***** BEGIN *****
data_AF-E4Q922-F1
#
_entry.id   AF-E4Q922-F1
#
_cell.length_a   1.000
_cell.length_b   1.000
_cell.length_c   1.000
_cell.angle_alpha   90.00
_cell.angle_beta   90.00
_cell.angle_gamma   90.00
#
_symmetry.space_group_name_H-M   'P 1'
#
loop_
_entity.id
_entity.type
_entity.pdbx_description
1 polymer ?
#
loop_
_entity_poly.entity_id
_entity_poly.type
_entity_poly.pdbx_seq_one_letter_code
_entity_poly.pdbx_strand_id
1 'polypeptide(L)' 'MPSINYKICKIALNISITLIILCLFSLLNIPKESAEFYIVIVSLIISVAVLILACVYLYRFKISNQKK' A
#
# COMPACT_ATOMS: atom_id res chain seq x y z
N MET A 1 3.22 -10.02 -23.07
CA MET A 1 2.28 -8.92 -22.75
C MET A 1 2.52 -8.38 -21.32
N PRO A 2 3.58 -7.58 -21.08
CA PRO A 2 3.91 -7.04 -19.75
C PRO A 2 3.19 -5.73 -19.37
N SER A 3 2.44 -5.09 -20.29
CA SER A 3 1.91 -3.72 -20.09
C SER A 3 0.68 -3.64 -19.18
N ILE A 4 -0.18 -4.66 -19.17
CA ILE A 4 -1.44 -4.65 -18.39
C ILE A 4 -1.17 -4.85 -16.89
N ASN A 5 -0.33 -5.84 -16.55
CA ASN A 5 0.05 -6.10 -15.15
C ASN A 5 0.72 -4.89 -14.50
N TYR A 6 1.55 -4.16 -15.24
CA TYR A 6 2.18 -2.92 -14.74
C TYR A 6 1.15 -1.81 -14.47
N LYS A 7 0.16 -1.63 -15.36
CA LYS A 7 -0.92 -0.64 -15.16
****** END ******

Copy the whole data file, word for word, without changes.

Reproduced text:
data_AF-E4Q922-F1
#
_entry.id   AF-E4Q922-F1
#
_cell.length_a   1.000
_cell.length_b   1.000
_cell.length_c   1.000
_cell.angle_alpha   90.00
_cell.angle_beta   90.00
_cell.angle_gamma   90.00
#
_symmetry.space_group_name_H-M   'P 1'
#
loop_
_entity.id
_entity.type
_entity.pdbx_description
1 polymer ?
#
loop_
_entity_poly.entity_id
_entity_poly.type
_entity_poly.pdbx_seq_one_letter_code
_entity_poly.pdbx_strand_id
1 'polypeptide(L)' 'MPSINYKICKIALNISITLIILCLFSLLNIPKESAEFYIVIVSLIISVAVLILACVYLYRFKISNQKK' A
#
# COMPACT_ATOMS: atom_id res chain seq x y z
N MET A 1 3.22 -10.02 -23.07
CA MET A 1 2.28 -8.92 -22.75
C MET A 1 2.52 -8.38 -21.32
N PRO A 2 3.58 -7.58 -21.08
CA PRO A 2 3.91 -7.04 -19.75
C PRO A 2 3.19 -5.73 -19.37
N SER A 3 2.44 -5.09 -20.29
CA SER A 3 1.91 -3.72 -20.09
C SER A 3 0.68 -3.64 -19.18
N ILE A 4 -0.18 -4.66 -19.17
CA ILE A 4 -1.44 -4.65 -18.39
C ILE A 4 -1.17 -4.85 -16.89
N ASN A 5 -0.33 -5.84 -16.55
CA ASN A 5 0.05 -6.10 -15.15
C ASN A 5 0.72 -4.89 -14.50
N TYR A 6 1.55 -4.16 -15.24
CA TYR A 6 2.18 -2.92 -14.74
C TYR A 6 1.15 -1.81 -14.47
N LYS A 7 0.16 -1.63 -15.36
CA LYS A 7 -0.92 -0.64 -15.16